However, I was accustomed to a static site generator to generate some goodies, such as syndication feeds automatically.

I’ve decided to add an RSS feed to the site, using minimal dependencies (only shell scripting and a couple of universal user-land tools such as grep and cat). This approach has the added benefit that it is applicable to expose other types of data as an RSS feed, such as server and periodic job logs.

We start by adding the feed header to the index.xml:

<?xml version="1.0" encoding="utf-8"?>
<rss version="2.0">
        <channel>

                <title>Rui Vieira's blog</title>
                <description>Rui Vieira's personal blog</description>
                <link>https://ruivieira.dev/</link>
                <lastBuildDate>$(date)</lastBuildDate>
EOF

The RSS 2.0 specification is quite simple in terms of the minimum requirements for a valid feed. The mandatory “header” fields are:

In terms of feed items, according to the specification, at least one of title or description must be present, and all remaining elements are optional.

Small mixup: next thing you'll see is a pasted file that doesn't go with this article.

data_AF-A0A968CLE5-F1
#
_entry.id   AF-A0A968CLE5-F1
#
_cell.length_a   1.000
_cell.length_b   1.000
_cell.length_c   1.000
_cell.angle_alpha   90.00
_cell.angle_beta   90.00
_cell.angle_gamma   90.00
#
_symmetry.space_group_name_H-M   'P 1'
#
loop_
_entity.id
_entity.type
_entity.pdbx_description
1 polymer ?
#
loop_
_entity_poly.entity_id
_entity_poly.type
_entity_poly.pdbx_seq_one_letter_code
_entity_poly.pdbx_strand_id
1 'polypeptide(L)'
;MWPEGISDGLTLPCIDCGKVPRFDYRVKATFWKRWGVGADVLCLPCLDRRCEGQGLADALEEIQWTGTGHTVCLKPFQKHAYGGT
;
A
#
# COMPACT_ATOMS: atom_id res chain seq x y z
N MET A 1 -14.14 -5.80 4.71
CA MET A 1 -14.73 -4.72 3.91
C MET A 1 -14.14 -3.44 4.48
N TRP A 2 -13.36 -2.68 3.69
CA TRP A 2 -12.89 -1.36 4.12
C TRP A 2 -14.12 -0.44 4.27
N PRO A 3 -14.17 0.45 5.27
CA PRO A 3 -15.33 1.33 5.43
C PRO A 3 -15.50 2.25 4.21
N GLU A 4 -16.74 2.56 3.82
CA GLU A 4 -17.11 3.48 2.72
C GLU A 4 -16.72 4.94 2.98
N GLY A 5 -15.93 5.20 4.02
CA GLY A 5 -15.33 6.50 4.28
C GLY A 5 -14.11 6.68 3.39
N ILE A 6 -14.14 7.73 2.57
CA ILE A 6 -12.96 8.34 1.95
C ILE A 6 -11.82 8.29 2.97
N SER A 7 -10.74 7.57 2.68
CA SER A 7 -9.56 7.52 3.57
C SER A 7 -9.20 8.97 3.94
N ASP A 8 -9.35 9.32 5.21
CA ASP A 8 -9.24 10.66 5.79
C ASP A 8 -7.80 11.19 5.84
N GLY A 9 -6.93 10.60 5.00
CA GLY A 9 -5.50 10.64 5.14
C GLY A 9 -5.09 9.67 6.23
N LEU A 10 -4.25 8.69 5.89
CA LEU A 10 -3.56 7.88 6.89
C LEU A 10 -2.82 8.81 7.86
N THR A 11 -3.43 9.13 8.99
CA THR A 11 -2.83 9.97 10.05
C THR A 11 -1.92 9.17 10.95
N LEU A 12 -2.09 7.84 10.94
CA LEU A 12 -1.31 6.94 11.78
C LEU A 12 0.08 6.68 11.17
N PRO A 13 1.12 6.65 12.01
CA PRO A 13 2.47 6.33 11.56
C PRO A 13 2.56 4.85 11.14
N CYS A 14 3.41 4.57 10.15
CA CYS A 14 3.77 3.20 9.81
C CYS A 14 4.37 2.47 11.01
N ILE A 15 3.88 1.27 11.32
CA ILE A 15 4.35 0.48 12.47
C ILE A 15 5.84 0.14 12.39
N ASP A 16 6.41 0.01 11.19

We use the following in this feed:

pubDate needs to conform with RFC 822.

Just as interesting tidbit, RFC 822 (which defines Internet Text Message formats) is one of the core email RFCs. It predates ISO 8601 by six years (1982) and it’s itself based on 1977’s RFC 733.

We then loop over all the input files to build the RSS entries.

FILES=input/*.html
for FILE in $FILES
do
    FILENAME="${FILE##*/}"
    FILENAME="${FILENAME%.*}"
    # extract title ...
    # write entry to index.xml
done

Using Bash

First, extract the title. The actual title is not inside the <title> tag, but on the first header <h1>.